One hundred years ago today, on 24 February 1919, Nancy Astor became the first woman to speak in the house of Commons. Here, Professor Rowbotham, an independent scholar and Visiting Research Fellow at Plymouth University, highlights the significance of the speech in championing issues relevant to the women and children of Plymouth and beyond.
Describing Nancy Astor’s maiden speech, the historian and Liberal MP Herbert Fisher told the Commons that her maiden speech was one ‘brilliant and vivid eloquence’. He added that he felt it appropriate that ‘the first speech delivered in this historic assembly by a woman should have been delivered upon a topic in which the interests of women are so closely involved’. The Commons debate was on whether or not there should be a relaxation of the restrictions imposed on the alcohol trade during the Great War. The motion was brought before a nearly full House, so over 500 MPs were there to hear Nancy Astor oppose the move of a fellow Unionist MP, Sir John David Rees (Nottingham East). Rees claimed that the current controls were ‘vexatious and unnecessary’.
Lady Astor rose to her feet to argue that they were neither. Throughout, Plymouth and her knowledge of the impact of an unrestricted liquor trade there, were at the forefront of her eloquence. All those who heard her agreed that she spoke passionately and well, even if they disagreed with her stance. It was, unequivocally, a landmark moment in national – and in Plymouth – history. She made a two-fold plea for the continuation of existing controls (while rejecting the Prohibition policy of her country of origin, the USA). It was, she claimed, a matter of national efficiency – that was why the restrictions had been brought in, at the urging of the Admiralty and War Office – and the impact on national efficiency had been dramatic. It was also a question of the moral responsibility of the state to consider the welfare of the community. Her role in the debate, she insisted, was to give voice not just to the women of her own constituency but also to the thousands of women across the country who now had the vote: she was, she believed, speaking for the ‘hundreds of women throughout the country who cannot speak for themselves’ (almost certainly a reference to the restricted franchise for women, which she strongly disapproved of). She challenged her fellows in the Chamber to accept that MPs had ‘no right to think of this question in terms of our appetite, and we have to think of it in something bigger than that’ and that meant considering the positive effect of the existing restrictions on women and families.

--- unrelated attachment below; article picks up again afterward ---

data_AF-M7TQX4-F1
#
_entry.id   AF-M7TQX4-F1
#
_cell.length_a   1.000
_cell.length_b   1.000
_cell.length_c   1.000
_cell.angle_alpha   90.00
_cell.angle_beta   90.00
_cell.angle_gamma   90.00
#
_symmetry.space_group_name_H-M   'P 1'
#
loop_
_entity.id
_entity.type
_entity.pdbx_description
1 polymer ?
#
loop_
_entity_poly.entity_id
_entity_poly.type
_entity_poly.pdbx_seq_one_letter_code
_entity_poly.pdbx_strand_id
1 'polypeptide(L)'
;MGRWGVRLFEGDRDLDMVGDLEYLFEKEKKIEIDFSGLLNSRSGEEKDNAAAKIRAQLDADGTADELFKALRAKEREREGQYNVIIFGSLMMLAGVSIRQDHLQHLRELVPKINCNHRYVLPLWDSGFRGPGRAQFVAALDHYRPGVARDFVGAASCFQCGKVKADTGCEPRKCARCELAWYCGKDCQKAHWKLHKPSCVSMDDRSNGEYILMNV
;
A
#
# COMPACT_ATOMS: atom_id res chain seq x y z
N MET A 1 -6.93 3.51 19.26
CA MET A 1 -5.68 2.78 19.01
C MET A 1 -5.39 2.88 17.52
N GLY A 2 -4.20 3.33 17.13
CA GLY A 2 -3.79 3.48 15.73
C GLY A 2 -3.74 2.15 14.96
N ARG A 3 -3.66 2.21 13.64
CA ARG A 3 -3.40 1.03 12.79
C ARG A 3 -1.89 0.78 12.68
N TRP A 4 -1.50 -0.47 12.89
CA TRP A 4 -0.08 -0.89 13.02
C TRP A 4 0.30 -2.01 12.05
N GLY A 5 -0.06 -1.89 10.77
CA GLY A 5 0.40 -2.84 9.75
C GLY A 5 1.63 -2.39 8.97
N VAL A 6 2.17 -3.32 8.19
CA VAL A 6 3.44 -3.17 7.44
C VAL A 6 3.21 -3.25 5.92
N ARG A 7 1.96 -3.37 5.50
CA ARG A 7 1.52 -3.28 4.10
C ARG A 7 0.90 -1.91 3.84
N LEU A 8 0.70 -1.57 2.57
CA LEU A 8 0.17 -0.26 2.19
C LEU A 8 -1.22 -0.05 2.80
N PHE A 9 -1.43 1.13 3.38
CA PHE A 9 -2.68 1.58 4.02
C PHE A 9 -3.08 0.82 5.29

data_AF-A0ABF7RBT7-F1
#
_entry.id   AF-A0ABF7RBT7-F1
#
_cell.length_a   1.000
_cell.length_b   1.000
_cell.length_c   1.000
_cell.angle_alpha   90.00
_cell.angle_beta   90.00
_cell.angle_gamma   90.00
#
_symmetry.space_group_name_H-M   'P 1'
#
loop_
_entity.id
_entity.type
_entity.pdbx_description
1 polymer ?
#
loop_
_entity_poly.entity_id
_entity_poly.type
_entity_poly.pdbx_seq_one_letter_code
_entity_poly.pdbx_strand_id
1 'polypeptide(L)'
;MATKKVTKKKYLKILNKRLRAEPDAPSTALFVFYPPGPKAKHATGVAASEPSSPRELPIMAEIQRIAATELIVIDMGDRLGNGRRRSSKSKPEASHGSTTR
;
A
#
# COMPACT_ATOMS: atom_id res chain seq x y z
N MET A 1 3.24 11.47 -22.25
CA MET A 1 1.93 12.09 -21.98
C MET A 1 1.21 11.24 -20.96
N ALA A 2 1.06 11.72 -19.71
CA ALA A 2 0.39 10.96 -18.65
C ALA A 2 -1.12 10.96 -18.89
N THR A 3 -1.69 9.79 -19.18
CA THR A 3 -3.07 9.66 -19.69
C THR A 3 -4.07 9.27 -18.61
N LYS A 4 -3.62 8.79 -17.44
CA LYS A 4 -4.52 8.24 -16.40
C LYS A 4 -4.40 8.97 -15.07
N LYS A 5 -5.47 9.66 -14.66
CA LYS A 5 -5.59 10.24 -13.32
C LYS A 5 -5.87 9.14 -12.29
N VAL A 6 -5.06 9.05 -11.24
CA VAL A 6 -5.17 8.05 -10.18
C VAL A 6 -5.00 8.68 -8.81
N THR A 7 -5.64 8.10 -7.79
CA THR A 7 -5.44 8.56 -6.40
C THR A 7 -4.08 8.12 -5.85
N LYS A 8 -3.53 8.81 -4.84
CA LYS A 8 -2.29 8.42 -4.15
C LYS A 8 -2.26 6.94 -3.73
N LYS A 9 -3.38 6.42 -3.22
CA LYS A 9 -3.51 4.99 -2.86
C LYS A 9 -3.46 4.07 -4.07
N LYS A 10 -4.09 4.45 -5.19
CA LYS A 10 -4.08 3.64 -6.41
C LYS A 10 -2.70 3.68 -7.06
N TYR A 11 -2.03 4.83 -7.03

After the speech, Nancy was, in her own words, ‘snowed under’ by congratulatory telegrams and letters. Many were from women who were her own constituents, and working women elsewhere, and these, she said, gave her the greatest pleasure because they let her know that ‘the women of England’ now felt that they ‘had a spokeswoman who would press their case in the House of Commons’.
Speaking with charm, vivacity and conviction
The extensive national newspaper reportage spoke of her charm, her vivacity, her audibility and conviction – but several mentioned also her ‘strong American accent’. Despite the generally positive coverage, there was a critical undertone to several of the journalists’ comments. Some correspondents made reference to her ‘confidence’ and lack of nervousness, and her ‘dictatorial pertness’ in insisting she knew what she was talking about, implying a lack of appropriate femininity. But the local press was clearly proud of its new Member, and of the attention it gave to Plymouth. It justified the voters in electing her, and the reporters of the Evening Herald and Western Morning News had no doubt of her femininity. They concluded that ‘no maiden speech has ever been more successful’ because ‘It was not the sentiments nor the phrases they applauded. It was the courage of the lady who bearded the lords of creation in their most exclusive resort’.
One hundred years on, when you read her speech, Nancy Astor’s courage still shines brightly as does her commitment to the welfare of Plymouth and her constituents. It remains inspirational, both in terms of her words, and the context in which this maiden speech from the first woman MP to take her seat was delivered. It was then, and remains now, truly a landmark moment – as enterprising in its way as any other great voyage of discovery launched from Plymouth, and Nancy deserves to be part of the Plymouth Pantheon of Pioneers.
Professor Rowbotham is an independent scholar and Visiting Research Fellow at Plymouth University, as well as a Director of SOLON: Promoting Interdisciplinary Studies in Law, Crime and History. She is also a Royal Society of Arts Fellow, Royal Historical Society.